Like most other Mac users, when I'm travelling, I often need to connect to a Wi-Fi network to access the Internet for email and Web browsing. But what if there are multiple available networks and I don't know which would be best to use? In the past, I would usually bring up iStumbler (MacStumbler hasn't been updated in years), but Take Control author Sharon Zardetto Aker alerted me to a simpler method that's built into Mac OS X. If you hold down the Option key when dropping the AirPort status menu, it lists available networks in order of signal strength, rather than the usual (and useless) alphabetical sort. Simple, yet effective, although the signal strength sort should arguably be the default, not the hidden option. Alas, the AirPort menu doesn't indicate which networks require a password for access. If you run into that problem regularly and don't mind running extra software all the time, check out Christoph Sinai's CoconutWiFi, which provides a constantly updating indicator of wireless network accessibility (see "CoconutWiFi Reveals Nearby Networks, Status," 2006-09-11).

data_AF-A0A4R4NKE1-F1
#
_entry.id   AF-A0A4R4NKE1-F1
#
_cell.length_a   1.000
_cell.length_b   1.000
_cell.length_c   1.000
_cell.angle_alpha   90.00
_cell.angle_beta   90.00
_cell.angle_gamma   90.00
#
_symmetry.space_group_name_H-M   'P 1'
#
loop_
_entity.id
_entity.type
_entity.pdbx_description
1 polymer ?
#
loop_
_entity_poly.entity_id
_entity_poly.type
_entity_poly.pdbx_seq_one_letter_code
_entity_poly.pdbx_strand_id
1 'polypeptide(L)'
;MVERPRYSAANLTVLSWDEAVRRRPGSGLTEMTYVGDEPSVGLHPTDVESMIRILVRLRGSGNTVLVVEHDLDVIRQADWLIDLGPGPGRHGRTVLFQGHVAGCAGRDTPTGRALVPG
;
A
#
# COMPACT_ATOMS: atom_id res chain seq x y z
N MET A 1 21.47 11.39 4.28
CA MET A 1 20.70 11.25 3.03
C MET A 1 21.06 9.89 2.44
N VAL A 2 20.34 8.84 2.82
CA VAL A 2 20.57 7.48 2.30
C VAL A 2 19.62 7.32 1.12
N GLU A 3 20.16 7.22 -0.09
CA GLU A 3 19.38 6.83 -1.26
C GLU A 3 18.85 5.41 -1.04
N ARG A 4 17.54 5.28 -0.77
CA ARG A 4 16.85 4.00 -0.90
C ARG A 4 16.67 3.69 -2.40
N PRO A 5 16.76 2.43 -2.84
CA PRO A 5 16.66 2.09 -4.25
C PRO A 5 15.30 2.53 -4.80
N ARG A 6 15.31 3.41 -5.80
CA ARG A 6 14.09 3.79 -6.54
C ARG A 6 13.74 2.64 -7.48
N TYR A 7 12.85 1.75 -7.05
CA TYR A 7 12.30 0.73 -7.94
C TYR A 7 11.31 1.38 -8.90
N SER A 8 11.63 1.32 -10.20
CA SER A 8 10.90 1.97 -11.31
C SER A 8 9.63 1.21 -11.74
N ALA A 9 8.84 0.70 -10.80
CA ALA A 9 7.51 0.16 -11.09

Mac OS X Services in Snow Leopard
Mac OS X Services let one application supply its powers to another; for example, a Grab service helps TextEdit paste a screenshot into a document. Most users either don't know that Services exist, because they're in an obscure hierarchical menu (ApplicationName > Services), or they mostly don't use them because there are so many of them.
Snow Leopard makes it easier for the uninitiated to utilize this feature; only services appropriate to the current context appear. And in addition to the hierarchical menu, services are discoverable as custom contextual menu items - Control-click in a TextEdit document to access the Grab service, for instance.
In addition, the revamped Keyboard preference pane lets you manage services for the first time ever. You can enable and disable them, and even change their keyboard shortcuts.
- coconutWiFi Reveals Nearby Networks, Status (11 Sep 06)
Published in TidBITS 874.
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